Qualcomm materially spends on R&D as it continues to make investments to improve its existing products and expand its portfolio. The company’s R&D spend has consistently been around $5 billion to $6 billion, which is around one-third of total operating costs, significantly distorting the company’s profitability.
After adjustments, we can see Qualcomm’s Uniform ROAs are actually significantly higher than as-reported ROAs. Without this adjustment, it appears the firm is having less success with its R&D investments than it really is, leading to poorer valuations.
Qualcomm’s earning power is actually more robust than you think
As-reported metrics distort the market’s perception of the firm’s recent profitability. If you were to just look at as-reported ROA, you would think the company is a much weaker business than real economic metrics highlight.
Qualcomm’s Uniform ROA has actually been higher than its as-reported ROA in fifteen of the past sixteen years. For example, as-reported ROA was 11% in 2014, but its Uniform ROA was actually almost 4x higher at 42%.
Specifically, Qualcomm’s Uniform ROA has ranged from 11% to 42% in the past sixteen years while as-reported ROA ranged only from 5% to 15% in the same time frame.
After declining from 38% in 2005 to 27% in 2010, excluding the 30% outperformance in 2009, Uniform ROA rebounded to a peak of 42% in 2014 before compressing to 14% in 2020.
Qualcomm Uniform earnings margins are generally weaker than you think, but its Uniform asset turns more than make up for it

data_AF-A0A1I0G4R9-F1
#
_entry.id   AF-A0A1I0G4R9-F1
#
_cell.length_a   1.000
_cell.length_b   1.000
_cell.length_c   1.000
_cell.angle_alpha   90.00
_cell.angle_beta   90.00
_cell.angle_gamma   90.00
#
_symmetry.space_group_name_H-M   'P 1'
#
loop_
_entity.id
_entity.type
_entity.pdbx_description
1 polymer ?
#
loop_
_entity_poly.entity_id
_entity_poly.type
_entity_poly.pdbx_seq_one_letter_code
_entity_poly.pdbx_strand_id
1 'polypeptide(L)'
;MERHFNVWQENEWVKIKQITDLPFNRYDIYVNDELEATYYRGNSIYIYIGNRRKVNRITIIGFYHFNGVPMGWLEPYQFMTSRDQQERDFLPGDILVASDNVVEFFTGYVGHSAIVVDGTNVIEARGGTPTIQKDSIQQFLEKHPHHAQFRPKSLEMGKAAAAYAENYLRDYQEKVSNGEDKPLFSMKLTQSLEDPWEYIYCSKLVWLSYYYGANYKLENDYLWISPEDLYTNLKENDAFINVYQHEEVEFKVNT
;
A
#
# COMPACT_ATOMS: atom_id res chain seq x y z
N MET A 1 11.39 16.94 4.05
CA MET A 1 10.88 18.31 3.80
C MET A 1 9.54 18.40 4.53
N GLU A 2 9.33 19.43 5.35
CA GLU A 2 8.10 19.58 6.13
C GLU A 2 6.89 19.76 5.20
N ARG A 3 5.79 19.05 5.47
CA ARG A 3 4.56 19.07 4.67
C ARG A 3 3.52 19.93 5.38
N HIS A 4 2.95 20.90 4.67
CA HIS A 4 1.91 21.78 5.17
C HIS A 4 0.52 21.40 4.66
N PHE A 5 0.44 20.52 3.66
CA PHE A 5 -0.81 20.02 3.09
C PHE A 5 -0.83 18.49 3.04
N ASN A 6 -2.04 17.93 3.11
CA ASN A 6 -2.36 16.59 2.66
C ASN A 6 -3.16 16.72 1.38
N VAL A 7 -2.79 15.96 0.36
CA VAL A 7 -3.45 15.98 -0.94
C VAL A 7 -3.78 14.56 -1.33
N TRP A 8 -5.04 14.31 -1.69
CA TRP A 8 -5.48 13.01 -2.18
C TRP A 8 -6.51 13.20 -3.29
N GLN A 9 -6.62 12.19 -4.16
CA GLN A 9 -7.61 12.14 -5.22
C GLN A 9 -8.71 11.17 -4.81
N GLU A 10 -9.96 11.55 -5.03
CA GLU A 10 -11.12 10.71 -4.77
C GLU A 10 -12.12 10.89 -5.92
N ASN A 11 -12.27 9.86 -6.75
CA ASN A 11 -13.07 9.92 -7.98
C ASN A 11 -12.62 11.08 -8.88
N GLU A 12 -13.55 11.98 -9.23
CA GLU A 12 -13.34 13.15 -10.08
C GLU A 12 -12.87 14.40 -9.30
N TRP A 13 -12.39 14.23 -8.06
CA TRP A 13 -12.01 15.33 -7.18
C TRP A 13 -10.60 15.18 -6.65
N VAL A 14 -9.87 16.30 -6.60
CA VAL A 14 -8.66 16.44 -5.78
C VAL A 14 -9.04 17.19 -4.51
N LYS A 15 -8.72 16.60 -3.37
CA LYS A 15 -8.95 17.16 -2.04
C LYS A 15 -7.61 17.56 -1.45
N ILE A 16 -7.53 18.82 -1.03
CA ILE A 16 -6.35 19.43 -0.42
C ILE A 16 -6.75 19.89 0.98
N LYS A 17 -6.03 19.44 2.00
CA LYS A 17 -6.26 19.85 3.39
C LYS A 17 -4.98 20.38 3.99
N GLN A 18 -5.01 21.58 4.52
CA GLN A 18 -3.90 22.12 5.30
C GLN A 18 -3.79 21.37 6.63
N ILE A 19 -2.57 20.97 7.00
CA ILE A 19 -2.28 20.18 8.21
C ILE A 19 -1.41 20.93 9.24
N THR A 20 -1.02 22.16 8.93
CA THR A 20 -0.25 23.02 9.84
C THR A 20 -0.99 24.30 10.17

Qualcomm’s overall declines in Uniform ROA have been driven largely by declining Uniform earnings margins and to a lesser extent, trends in Uniform asset turns.
Uniform margins sustained 27%-38% levels from 2005-2016, before fading to a low of 13% in 2019 and subsequently recovering to 19% in 2020.
Meanwhile, Uniform turns maintained 0.9x-1.1x levels from 2005-2011, before improving to 1.2x levels in 2012-2014. Thereafter, Uniform turns faded to 0.8x in 2017, before rebounding back to 0.9x-1.0x levels in 2018-2019. Since then, Uniform turns have compressed to 0.8x in 2020.
At current valuations, markets are pricing in expectations for continued recovery in both Uniform margins and Uniform turns.
SUMMARY and Qualcomm Tearsheet
As the Uniform Accounting tearsheet for QUALCOMM Incorporated (QCOM) highlights, its Uniform P/E trades at 26.6x, which is above corporate average valuation levels, but around its own recent history.
High P/Es require high EPS growth to sustain them. In the case of Qualcomm, the company has recently shown a 69% Uniform EPS growth.
Wall Street analysts provide stock and valuation recommendations that in general provide very poor guidance or insight. However, Wall Street analysts’ near-term earnings forecasts tend to have relevant information.